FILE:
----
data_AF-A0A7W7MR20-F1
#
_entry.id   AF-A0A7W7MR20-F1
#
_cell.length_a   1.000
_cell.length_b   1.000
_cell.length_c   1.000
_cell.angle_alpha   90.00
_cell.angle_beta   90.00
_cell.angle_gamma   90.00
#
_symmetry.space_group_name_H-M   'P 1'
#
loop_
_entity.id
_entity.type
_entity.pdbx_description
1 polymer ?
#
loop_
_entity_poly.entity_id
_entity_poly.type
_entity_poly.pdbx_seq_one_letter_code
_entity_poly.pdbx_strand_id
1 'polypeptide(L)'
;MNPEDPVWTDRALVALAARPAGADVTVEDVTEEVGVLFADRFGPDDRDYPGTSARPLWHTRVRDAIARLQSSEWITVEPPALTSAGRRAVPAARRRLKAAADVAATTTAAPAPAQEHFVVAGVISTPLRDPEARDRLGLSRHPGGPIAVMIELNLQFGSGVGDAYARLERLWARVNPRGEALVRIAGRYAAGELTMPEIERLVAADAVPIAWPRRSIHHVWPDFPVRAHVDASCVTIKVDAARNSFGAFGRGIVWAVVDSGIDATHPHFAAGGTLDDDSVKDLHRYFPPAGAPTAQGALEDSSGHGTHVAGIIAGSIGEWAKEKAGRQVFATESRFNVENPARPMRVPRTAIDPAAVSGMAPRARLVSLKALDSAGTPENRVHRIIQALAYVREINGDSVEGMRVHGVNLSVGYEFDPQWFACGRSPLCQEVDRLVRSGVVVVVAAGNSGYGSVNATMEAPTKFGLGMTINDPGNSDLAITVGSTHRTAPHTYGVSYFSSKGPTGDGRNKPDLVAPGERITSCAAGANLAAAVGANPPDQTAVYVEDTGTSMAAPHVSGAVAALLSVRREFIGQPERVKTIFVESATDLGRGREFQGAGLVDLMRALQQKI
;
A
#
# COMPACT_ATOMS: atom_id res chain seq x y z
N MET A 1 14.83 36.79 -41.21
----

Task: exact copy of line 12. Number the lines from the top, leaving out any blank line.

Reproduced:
_symmetry.space_group_name_H-M   'P 1'